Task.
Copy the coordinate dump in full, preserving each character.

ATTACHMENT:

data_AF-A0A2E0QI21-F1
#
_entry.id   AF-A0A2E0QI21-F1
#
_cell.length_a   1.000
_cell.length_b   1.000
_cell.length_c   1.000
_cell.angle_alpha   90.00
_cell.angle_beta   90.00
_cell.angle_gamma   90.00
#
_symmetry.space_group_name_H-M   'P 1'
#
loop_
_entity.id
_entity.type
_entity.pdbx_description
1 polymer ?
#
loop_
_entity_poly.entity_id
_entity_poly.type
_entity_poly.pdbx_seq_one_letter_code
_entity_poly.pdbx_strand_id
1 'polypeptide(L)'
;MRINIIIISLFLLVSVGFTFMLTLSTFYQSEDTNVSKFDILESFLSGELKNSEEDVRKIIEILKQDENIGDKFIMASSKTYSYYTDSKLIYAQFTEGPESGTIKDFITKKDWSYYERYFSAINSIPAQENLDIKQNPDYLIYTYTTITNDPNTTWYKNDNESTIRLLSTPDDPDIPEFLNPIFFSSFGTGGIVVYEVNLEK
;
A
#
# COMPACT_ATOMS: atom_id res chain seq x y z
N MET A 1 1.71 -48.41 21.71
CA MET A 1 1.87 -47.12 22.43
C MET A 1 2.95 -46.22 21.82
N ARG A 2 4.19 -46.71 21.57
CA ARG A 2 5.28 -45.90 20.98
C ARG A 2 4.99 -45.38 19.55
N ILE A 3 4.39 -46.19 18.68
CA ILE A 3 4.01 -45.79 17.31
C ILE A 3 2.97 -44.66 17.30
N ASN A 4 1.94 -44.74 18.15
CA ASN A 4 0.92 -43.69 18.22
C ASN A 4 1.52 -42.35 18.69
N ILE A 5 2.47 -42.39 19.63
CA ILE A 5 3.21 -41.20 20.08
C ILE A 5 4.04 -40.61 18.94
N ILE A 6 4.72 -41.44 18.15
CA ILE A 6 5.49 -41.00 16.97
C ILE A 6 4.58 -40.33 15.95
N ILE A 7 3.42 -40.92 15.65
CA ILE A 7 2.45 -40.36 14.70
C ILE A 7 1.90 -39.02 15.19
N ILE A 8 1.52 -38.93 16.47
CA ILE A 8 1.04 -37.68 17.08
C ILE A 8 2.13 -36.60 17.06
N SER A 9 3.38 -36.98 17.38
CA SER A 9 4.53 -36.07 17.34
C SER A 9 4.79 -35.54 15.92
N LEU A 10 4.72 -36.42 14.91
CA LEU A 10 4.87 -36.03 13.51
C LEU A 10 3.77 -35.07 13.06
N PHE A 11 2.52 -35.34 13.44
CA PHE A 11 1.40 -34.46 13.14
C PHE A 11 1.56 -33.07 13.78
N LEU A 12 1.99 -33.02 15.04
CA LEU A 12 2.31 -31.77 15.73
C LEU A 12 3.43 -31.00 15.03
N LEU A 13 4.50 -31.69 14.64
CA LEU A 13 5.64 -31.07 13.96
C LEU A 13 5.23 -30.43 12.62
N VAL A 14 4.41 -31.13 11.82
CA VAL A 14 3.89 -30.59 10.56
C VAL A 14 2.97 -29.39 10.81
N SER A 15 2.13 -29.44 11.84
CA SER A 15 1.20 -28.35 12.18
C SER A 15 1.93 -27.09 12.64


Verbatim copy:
data_AF-A0A2E0QI21-F1
#
_entry.id   AF-A0A2E0QI21-F1
#
_cell.length_a   1.000
_cell.length_b   1.000
_cell.length_c   1.000
_cell.angle_alpha   90.00
_cell.angle_beta   90.00
_cell.angle_gamma   90.00
#
_symmetry.space_group_name_H-M   'P 1'
#
loop_
_entity.id
_entity.type
_entity.pdbx_description
1 polymer ?
#
loop_
_entity_poly.entity_id
_entity_poly.type
_entity_poly.pdbx_seq_one_letter_code
_entity_poly.pdbx_strand_id
1 'polypeptide(L)'
;MRINIIIISLFLLVSVGFTFMLTLSTFYQSEDTNVSKFDILESFLSGELKNSEEDVRKIIEILKQDENIGDKFIMASSKTYSYYTDSKLIYAQFTEGPESGTIKDFITKKDWSYYERYFSAINSIPAQENLDIKQNPDYLIYTYTTITNDPNTTWYKNDNESTIRLLSTPDDPDIPEFLNPIFFSSFGTGGIVVYEVNLEK
;
A
#
# COMPACT_ATOMS: atom_id res chain seq x y z
N MET A 1 1.71 -48.41 21.71
CA MET A 1 1.87 -47.12 22.43
C MET A 1 2.95 -46.22 21.82
N ARG A 2 4.19 -46.71 21.57
CA ARG A 2 5.28 -45.90 20.98
C ARG A 2 4.99 -45.38 19.55
N ILE A 3 4.39 -46.19 18.68
CA ILE A 3 4.01 -45.79 17.31
C ILE A 3 2.97 -44.66 17.30
N ASN A 4 1.94 -44.74 18.15
CA ASN A 4 0.92 -43.69 18.22
C ASN A 4 1.52 -42.35 18.69
N ILE A 5 2.47 -42.39 19.63
CA ILE A 5 3.21 -41.20 20.08
C ILE A 5 4.04 -40.61 18.94
N ILE A 6 4.72 -41.44 18.15
CA ILE A 6 5.49 -41.00 16.97
C ILE A 6 4.58 -40.33 15.95
N ILE A 7 3.42 -40.92 15.65
CA ILE A 7 2.45 -40.36 14.70
C ILE A 7 1.90 -39.02 15.19
N ILE A 8 1.52 -38.93 16.47
CA ILE A 8 1.04 -37.68 17.08
C ILE A 8 2.13 -36.60 17.06
N SER A 9 3.38 -36.98 17.38
CA SER A 9 4.53 -36.07 17.34
C SER A 9 4.79 -35.54 15.92
N LEU A 10 4.72 -36.42 14.91
CA LEU A 10 4.87 -36.03 13.51
C LEU A 10 3.77 -35.07 13.06
N PHE A 11 2.52 -35.34 13.44
CA PHE A 11 1.40 -34.46 13.14
C PHE A 11 1.56 -33.07 13.78
N LEU A 12 1.99 -33.02 15.04
CA LEU A 12 2.31 -31.77 15.73
C LEU A 12 3.43 -31.00 15.03
N LEU A 13 4.50 -31.69 14.64
CA LEU A 13 5.64 -31.07 13.96
C LEU A 13 5.23 -30.43 12.62
N VAL A 14 4.41 -31.13 11.82
CA VAL A 14 3.89 -30.59 10.56
C VAL A 14 2.97 -29.39 10.81
N SER A 15 2.13 -29.44 11.84
CA SER A 15 1.20 -28.35 12.18
C SER A 15 1.93 -27.09 12.64